Containers should be Fat or Thin?


Load Balancing in Docker

I used to use containers for about 3 years ago to deploy small apps inside LXC Containers in our private data-center. So naturally because of the way LXC installs a base OS inside a container, it goes through the whole init process. Meaning that I was almost booting a minimal Linux (Ubuntu) inside containers. And nothings seemed to be wrong since my experience was mainly with virtual machines and they look similar.

I was using containers only because they were lighter and easier to replicate and archive with squashfs and aufs to manage base images.

But with Docker and its fantastic interface to LXC things start to change. Instead of building the whole Squashfs image and mounting aufs layers with lots of bash scripts, now you can use a simple API and client to do the whole thing in a very similar way.

Something else has changed too, Docker by introducing Docker hub and lots of different and ready to use images, advocates an only one process per container philosophy. They even sometime later in a blog post mentioned it as a lean and simple container and discouraged a much more complicated multiprocess containers.

So to me like many others at first it sounds a little bit strange, I need some tools to access into my containers and that’s normally a SSH server. Then I need some other monitoring tools as well like SAR or maybe monit. But after a moment of thought I realized that I might not need all that stuff. It can be much more simpler without all that.

But it turns out not all people out there thinking in a same way. And there are plenty of valid reasons why one might need to run multiple processes inside a container.

Things got more hot when Phusion guys created a modified Ubuntu image called BaseImage. That’s nothing but a simple Ubuntu image to run multiple processes inside a container. Init processes is handled by runit and you can simply run let’s say SSHD server along with your main process. Then they created a blog post about that to defend their idea and explain the reasoning behind this concept.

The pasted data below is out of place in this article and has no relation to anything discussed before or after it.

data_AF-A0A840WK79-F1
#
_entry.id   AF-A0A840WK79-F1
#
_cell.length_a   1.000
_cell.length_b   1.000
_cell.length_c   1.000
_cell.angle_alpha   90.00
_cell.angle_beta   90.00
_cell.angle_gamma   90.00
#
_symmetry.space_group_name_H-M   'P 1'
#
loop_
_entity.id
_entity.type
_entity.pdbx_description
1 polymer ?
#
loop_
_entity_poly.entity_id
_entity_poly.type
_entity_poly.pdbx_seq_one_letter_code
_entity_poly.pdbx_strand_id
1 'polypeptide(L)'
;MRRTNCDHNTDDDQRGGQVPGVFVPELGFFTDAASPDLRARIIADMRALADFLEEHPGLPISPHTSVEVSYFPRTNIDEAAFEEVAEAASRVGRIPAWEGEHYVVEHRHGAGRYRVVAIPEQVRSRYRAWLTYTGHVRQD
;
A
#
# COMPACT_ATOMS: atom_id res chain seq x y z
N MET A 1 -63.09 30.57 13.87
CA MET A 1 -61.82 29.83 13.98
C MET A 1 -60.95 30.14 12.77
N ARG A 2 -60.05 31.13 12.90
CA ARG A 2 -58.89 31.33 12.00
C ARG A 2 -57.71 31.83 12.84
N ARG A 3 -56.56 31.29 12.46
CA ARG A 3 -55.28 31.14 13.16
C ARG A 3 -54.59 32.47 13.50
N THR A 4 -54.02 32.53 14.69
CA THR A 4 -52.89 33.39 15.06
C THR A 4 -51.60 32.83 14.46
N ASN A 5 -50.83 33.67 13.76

What really matters

But beside all these fights and debates, what we should logically do and how we should treat containers? Here I’m going to list a few valid and invalid reason that might lead us to use a simple container as more complex units.

This is just my thoughts about this concept and I may miss some use cases, so if you see it’s so please let me know. I’ll be glad to add that to my list. And finally I’m not against fat containers at all but I’m more toward thin containers. So you may find this reasonings a little bit biased as well (Just to be honest).

When not to use FAT containers:

First I’ll go through some situations that may lead you toward multiprocess containers, but they are not actually that justifiable. So I explain why I think there are better option than multiprocess containers in those situations.

Connecting two or more processes.

Except a few rare cases by using volumes and network ports you’re able to connect two or more application processes to each other and indeed it’s much easier to handle [Docker provides --link option to for even simpler solution], monitor and audit them in different containers. I’ll cover exceptions in next section.

Debugging your application.

This one is very interesting. If you want to debug your application inside docker image you really don’t need to run multiple processes inside that. The way docker works (and most other containers) when it starts, simply runs your process inside a kernel namespace. So you can directly access it within host machine. For example:

$ ID=$(docker run -d ubuntu /bin/bash -c 'while true; do echo hello world; sleep 1; done')
$ $PID = $(docker inspect -f '{{.State.Pid}}' $ID)
$ sudo strace -p $PID


This one is almost same as above. To monitor a process you just need to monitor container process. You rarely need to access inside container for that matters. Memory, CPU, Load and all that can be monitored from container itself.

$ ID=$(docker run -d ubuntu /bin/bash -c 'while true; do echo hello world; sleep 1; done')
$ $PID = $(docker inspect -f '{{.State.Pid}}' $ID)